How many ‘civic-minded’ residents do you really have?

If journalism is going to evolve to a savvier appreciation for ‘impact,’ its makers need to have a clearer idea of their target audience.

Like you would for any business, you need to know how big your market is, and you need to understand how hard (and necessary) it is to create that audience by acquiring new users — in this case, civic-minded residents.

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Voting information in Philadelphia

Major contentious midterm elections take place the nation over today.

Despite the enthusiasm, I’m the reason why getting 60 percent of 170 million registered U.S. voters out there would be a triumph.

I’m fairly politically aware — even my interests are more in local policy than national — and have been involved in government and campaigning in the past. But, like most Americans, I have an excuse.

I spend most of the time leading up to an election pondering the journalism around it, listening and debating both sides — in short, seeing the election through my own prism (in my case, that means something of a balanced journalist).

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Committee of Seventy: Highlights of November 2009 Philadelphia election

seventy

Every Election Day since November 2004, with an occasional exception, I’ve worked with the Committee of Seventy, a more than century-old political oversight nonprofit in Philadelphia.

I always come away with stories.

As I did in last April’s primary, below, I’ll share some of the best from last Tuesday’s election, a relatively low-profile affair, including just a couple citywide offices and a dozen state and municipal judicial positions.

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Congratulations, President Obama

It will be an event I will tell my children about. John McCain wasn’t running as John McCain.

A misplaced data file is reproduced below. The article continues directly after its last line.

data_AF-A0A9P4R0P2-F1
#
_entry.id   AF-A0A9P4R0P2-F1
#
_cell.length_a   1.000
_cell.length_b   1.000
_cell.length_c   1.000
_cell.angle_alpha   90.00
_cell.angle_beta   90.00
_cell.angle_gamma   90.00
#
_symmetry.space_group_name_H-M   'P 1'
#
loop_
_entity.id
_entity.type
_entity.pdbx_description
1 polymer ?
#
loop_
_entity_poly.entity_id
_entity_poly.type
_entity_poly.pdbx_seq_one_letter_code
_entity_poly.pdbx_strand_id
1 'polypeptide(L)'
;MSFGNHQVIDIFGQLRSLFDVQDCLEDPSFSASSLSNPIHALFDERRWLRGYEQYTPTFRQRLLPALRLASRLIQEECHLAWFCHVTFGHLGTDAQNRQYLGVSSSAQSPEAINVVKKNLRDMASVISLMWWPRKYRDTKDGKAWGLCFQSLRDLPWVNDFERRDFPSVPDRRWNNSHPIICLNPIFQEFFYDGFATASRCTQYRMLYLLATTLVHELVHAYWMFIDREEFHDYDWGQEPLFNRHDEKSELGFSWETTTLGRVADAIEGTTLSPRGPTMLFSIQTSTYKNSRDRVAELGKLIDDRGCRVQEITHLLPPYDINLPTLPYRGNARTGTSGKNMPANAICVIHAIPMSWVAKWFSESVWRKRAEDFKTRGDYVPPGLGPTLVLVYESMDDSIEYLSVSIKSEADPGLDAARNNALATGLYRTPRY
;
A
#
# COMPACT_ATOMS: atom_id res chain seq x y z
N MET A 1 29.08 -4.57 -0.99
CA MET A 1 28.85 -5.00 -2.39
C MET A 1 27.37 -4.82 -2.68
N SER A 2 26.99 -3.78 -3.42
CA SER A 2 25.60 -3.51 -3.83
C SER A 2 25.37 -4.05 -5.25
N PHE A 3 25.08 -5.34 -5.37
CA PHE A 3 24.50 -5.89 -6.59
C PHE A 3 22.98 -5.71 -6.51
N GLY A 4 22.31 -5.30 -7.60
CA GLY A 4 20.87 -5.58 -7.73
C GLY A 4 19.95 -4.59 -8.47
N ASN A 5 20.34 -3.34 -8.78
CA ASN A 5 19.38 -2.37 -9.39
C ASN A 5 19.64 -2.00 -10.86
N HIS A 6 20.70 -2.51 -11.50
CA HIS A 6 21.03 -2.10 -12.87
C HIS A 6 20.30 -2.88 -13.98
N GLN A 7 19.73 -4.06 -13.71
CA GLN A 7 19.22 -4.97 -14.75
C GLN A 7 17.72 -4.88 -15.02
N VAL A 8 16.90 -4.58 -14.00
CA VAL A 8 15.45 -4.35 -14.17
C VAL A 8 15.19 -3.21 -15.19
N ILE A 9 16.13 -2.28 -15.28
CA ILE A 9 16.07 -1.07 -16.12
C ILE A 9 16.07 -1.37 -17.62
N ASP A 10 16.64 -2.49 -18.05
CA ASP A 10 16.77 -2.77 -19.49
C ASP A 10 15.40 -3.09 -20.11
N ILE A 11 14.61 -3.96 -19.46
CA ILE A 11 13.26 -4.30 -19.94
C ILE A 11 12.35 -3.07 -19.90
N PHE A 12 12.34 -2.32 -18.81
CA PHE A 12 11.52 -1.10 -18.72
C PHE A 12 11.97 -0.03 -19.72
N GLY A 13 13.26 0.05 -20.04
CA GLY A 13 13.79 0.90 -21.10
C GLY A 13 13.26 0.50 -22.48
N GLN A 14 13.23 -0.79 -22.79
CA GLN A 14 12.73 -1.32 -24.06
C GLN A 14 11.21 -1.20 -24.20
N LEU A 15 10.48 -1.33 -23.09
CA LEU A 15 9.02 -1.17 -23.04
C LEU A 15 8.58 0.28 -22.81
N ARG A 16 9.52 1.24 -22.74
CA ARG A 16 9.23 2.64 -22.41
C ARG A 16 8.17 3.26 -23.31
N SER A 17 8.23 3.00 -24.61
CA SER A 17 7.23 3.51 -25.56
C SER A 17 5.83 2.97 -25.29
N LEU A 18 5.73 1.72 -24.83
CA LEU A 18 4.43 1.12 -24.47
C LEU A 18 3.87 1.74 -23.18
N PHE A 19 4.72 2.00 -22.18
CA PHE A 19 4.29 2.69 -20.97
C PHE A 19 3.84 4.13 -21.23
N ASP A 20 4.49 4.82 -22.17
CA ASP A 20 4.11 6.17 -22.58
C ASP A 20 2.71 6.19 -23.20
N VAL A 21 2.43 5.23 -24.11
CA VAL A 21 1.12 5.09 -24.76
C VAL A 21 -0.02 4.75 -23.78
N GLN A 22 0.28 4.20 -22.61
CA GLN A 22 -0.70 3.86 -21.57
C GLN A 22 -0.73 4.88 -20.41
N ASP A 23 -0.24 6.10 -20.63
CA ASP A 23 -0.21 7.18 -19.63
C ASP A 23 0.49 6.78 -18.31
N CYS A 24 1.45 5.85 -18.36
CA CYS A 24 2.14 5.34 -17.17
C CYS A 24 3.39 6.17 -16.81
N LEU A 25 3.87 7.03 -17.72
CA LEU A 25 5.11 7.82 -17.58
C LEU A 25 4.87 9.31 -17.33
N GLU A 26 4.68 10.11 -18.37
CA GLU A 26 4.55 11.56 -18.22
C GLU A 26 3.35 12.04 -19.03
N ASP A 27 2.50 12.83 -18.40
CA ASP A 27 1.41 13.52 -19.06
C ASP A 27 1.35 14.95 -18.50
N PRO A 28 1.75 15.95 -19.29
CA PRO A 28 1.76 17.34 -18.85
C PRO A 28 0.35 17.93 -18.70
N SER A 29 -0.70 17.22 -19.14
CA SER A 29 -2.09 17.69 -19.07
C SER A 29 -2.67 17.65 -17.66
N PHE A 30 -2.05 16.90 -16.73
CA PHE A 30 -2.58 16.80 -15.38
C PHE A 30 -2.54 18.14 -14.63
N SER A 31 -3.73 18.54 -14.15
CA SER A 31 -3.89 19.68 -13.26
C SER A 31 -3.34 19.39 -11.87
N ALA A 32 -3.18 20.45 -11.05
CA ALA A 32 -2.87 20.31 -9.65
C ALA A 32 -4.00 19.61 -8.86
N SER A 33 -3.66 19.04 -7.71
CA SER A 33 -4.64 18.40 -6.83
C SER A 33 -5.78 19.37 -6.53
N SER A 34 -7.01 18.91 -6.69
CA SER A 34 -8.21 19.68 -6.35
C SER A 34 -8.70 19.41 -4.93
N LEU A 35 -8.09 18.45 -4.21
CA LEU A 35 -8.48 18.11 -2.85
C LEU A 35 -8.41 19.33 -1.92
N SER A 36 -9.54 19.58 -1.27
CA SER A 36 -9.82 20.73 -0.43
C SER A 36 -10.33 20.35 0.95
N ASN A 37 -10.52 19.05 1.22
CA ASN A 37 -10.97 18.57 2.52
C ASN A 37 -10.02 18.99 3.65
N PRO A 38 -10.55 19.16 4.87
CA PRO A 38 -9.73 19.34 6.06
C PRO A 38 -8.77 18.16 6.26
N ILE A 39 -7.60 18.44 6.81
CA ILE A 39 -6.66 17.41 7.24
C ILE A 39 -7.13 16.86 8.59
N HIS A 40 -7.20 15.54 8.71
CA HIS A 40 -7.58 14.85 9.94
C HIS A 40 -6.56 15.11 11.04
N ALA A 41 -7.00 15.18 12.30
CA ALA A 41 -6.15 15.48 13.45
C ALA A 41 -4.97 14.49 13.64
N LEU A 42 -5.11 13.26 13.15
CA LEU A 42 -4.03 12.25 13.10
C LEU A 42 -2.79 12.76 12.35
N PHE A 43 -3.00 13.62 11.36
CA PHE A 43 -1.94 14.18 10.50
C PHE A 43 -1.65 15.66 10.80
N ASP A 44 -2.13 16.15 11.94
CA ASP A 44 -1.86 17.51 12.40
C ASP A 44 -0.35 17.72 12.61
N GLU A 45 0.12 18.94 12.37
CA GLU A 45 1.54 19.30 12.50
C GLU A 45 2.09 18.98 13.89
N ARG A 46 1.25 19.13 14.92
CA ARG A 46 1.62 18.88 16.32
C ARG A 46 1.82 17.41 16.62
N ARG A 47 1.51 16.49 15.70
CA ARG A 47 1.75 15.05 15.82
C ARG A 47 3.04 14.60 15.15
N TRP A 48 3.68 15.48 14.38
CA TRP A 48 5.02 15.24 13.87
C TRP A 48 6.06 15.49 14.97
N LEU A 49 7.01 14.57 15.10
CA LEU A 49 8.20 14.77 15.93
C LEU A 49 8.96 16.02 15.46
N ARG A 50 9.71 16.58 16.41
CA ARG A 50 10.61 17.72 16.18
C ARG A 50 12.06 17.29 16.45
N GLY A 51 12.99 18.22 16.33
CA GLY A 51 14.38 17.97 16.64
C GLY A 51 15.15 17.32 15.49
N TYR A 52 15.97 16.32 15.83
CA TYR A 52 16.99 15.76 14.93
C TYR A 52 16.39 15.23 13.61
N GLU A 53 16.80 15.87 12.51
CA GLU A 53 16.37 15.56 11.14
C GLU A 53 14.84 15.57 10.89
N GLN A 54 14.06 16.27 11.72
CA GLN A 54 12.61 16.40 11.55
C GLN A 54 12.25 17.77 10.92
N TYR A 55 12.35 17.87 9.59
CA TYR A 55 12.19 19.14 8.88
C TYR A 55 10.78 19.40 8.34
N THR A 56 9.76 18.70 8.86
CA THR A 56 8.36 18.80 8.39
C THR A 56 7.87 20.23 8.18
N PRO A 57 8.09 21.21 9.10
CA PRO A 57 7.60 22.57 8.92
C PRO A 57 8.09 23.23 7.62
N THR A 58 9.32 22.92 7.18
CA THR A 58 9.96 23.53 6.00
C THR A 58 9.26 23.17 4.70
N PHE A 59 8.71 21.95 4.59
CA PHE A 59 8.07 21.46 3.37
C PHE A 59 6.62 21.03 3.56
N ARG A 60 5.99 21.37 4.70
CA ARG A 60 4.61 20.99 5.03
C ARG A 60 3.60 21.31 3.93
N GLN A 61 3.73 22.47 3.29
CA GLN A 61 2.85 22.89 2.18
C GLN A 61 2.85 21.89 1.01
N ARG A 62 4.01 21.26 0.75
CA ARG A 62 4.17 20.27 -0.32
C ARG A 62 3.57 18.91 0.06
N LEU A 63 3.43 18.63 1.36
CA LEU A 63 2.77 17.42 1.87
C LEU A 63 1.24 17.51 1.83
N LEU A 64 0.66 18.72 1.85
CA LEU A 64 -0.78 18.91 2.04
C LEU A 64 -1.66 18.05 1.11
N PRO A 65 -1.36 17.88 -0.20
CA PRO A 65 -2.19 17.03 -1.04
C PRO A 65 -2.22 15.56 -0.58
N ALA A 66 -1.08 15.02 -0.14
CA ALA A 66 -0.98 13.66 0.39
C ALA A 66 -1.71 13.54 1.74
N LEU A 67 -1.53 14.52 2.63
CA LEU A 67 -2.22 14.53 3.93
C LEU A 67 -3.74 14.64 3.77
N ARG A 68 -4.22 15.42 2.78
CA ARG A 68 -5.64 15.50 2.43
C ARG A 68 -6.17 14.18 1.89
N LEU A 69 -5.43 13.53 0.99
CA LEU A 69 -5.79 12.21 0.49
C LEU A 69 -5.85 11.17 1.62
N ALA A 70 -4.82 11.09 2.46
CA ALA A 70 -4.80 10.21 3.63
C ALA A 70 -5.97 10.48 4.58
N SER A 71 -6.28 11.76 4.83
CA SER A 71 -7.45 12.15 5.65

Unfairly, unjustly untruly or not, it seemed the media – particularly in Europe, from my experience – wanted Barack Obama in the office.

He has been anointed as part of a great achievement of American freedom. As a supporter of the U.S. president, I hope he can do it. But he has to exceed the level of excitement around him that prompted one supporter to tell a CNN TV camera: “you hear about people seeing Ghandi and Martin Luther King…”

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Rendell conference call on Obama campaign

Senator Barack Obama (R) (D-Il) is greeted by Pennsylvania Governor Ed Rendell before speaking during a Democratic Unity Rally at Temple University's McGonigle Hall October 21, 2006 in Philadelphia. (Photo by William Thomas Cain/Getty Images)

The Barack Obama presidential campaign’s focus on Pennsylvania is “unprecedented” Gov. Ed Rendell said in a news conference call I listened in on during this my first day with the Allentown Morning Call for my post-graduate internship with the Pennsylvania Legislative Correspondents’ Association.

Rendell was a noted booster for Obama’s primary opponent Hillary Clinton, but long maintained he would support whoever was the Democratic candidate. Rendell said “90 percent” of Clinton supporters are with Obama and getting “more excited” for Obama everyday.

“Pennsylvania is generally and typically a battleground state. Democrats have done well but absolutely can’t take it for granted,” said Steve Hildebrand, the national deputy Obama campaign manager. Aside from Florida, he added, Pennsylvania has the largest number of electoral votes that the campaigns are considering real battlegrounds.

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The April 22 Pennsylvania primary in Philadelphia

Oh, today is the much hyped Pennsylvania primary.

If you’re registered in Philadelphia and need to know where you’re voting, using the Committee of Seventy’s Citizen Access Center. Oh, and if you’re an Independent or Republican and feeling bummed out ’cause everyone is talking Obama/Hillary, fear not, in Philadelphia, there are also two ballot questions that mean a whole lot to some people. Want a real explanation of what to do?

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Barack Obama: from untouchable deity to struggling politician

I’ll say it.

I read a really on-point, interesting column in, seriously, the New York Times. ..I have joined semi-literate whites everywhere.

David Brooks took on Sen. Barack Obama, how the man had been raised on high as the messiah of U.S. politics and is now struggling with those unfair expectations.

See, Republicans are more known for quick primaries and getting behind a unified candidate, as has played out with Sen. John McCain. Now, McCain is sitting back, raising money and preparing for a general election, though some think it leaves the candidate less competitive.

On the other hand, big tent Democrat politics are more open to larger, longer and more competitive primaries. The thought is it sharpens the candidate, but, as Brooks wrote, this may be an exception.

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